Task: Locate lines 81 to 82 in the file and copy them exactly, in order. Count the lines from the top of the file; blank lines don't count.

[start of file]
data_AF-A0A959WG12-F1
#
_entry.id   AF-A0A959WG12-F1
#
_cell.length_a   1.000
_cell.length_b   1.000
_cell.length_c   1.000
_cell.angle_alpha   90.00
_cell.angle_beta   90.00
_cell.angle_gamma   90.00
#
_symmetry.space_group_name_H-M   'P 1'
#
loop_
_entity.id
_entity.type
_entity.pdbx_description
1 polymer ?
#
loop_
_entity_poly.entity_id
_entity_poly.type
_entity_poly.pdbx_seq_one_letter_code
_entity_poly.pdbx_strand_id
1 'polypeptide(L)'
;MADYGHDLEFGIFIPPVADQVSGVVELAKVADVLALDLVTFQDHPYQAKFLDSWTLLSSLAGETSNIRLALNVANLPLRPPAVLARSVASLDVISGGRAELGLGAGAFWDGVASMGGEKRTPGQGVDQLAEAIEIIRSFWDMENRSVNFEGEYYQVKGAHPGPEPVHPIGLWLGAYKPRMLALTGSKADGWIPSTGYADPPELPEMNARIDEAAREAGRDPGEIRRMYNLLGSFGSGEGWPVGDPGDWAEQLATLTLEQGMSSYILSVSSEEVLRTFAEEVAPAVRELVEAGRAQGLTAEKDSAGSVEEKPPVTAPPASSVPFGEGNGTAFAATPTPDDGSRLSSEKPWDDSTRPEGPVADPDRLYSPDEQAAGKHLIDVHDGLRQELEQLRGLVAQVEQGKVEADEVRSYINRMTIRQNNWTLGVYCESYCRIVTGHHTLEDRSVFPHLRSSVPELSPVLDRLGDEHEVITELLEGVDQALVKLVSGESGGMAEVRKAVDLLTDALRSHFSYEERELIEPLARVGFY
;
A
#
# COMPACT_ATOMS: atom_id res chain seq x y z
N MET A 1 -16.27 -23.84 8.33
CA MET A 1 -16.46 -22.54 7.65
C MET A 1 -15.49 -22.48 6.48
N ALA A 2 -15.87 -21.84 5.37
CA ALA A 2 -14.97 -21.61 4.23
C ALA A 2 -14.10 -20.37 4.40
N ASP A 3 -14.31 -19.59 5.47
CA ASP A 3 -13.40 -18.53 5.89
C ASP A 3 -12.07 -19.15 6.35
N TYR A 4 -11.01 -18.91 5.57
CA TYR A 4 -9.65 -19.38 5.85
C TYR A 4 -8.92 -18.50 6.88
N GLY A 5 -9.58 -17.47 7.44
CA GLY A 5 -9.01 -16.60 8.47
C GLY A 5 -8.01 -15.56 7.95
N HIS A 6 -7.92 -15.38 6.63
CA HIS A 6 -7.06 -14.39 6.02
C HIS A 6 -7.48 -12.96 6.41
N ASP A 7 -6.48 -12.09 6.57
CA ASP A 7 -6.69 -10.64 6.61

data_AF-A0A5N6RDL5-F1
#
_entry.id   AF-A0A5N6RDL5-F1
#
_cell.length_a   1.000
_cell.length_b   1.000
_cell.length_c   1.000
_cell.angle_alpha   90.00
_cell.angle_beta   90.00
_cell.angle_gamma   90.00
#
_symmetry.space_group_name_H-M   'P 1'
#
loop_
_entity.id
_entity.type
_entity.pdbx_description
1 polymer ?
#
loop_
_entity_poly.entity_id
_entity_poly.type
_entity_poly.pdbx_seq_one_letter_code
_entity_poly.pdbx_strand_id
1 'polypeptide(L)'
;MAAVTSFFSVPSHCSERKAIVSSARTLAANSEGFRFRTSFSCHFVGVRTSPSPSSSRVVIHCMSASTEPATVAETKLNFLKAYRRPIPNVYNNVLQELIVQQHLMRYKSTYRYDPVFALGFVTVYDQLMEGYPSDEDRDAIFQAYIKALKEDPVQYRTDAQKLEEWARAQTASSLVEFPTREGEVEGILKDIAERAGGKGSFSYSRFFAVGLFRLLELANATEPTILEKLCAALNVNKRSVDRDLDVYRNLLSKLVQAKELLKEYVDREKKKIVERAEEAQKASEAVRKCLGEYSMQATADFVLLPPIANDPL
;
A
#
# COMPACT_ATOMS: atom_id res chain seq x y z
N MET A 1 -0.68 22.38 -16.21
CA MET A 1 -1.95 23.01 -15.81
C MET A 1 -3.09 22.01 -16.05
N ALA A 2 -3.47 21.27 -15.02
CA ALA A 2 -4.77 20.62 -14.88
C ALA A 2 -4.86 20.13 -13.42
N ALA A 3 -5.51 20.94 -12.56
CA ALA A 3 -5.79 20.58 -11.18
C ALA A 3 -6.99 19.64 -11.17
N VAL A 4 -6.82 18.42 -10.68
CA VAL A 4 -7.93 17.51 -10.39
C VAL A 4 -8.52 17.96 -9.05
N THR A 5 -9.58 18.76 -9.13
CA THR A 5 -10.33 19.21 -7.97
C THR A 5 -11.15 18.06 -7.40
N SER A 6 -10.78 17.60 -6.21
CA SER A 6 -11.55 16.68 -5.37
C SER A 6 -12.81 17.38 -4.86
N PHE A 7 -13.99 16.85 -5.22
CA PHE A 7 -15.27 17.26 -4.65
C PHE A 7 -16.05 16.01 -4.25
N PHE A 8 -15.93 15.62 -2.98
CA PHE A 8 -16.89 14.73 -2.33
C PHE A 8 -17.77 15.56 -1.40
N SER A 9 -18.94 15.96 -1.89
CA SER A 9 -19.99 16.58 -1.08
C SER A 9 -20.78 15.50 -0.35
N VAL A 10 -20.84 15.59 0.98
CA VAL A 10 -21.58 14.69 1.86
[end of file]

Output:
N MET A 1 -0.68 22.38 -16.21
CA MET A 1 -1.95 23.01 -15.81